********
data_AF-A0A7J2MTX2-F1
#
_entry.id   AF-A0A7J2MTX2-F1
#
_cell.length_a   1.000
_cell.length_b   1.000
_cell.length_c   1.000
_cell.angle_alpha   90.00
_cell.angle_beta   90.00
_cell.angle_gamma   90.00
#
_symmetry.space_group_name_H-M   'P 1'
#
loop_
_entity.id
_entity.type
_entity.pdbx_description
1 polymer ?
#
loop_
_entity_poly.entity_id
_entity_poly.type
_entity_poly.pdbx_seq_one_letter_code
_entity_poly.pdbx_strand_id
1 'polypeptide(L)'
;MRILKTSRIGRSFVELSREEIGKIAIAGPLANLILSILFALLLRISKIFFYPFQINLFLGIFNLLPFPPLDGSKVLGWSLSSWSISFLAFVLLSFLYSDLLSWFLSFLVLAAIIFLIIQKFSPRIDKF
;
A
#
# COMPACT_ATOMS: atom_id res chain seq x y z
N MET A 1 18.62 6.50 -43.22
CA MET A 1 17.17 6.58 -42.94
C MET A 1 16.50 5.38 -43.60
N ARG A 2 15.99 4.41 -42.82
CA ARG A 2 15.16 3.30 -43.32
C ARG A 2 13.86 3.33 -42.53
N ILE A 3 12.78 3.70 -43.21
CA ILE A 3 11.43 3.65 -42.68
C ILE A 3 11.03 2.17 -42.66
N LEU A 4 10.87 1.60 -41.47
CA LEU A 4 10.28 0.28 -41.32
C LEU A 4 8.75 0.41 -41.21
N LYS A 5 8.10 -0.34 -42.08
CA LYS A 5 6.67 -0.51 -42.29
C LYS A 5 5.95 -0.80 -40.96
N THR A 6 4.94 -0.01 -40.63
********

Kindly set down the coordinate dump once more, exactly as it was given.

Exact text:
data_AF-A0A7J2MTX2-F1
#
_entry.id   AF-A0A7J2MTX2-F1
#
_cell.length_a   1.000
_cell.length_b   1.000
_cell.length_c   1.000
_cell.angle_alpha   90.00
_cell.angle_beta   90.00
_cell.angle_gamma   90.00
#
_symmetry.space_group_name_H-M   'P 1'
#
loop_
_entity.id
_entity.type
_entity.pdbx_description
1 polymer ?
#
loop_
_entity_poly.entity_id
_entity_poly.type
_entity_poly.pdbx_seq_one_letter_code
_entity_poly.pdbx_strand_id
1 'polypeptide(L)'
;MRILKTSRIGRSFVELSREEIGKIAIAGPLANLILSILFALLLRISKIFFYPFQINLFLGIFNLLPFPPLDGSKVLGWSLSSWSISFLAFVLLSFLYSDLLSWFLSFLVLAAIIFLIIQKFSPRIDKF
;
A
#
# COMPACT_ATOMS: atom_id res chain seq x y z
N MET A 1 18.62 6.50 -43.22
CA MET A 1 17.17 6.58 -42.94
C MET A 1 16.50 5.38 -43.60
N ARG A 2 15.99 4.41 -42.82
CA ARG A 2 15.16 3.30 -43.32
C ARG A 2 13.86 3.33 -42.53
N ILE A 3 12.78 3.70 -43.21
CA ILE A 3 11.43 3.65 -42.68
C ILE A 3 11.03 2.17 -42.66
N LEU A 4 10.87 1.60 -41.47
CA LEU A 4 10.28 0.28 -41.32
C LEU A 4 8.75 0.41 -41.21
N LYS A 5 8.10 -0.34 -42.08
CA LYS A 5 6.67 -0.51 -42.29
C LYS A 5 5.95 -0.80 -40.96
N THR A 6 4.94 -0.01 -40.63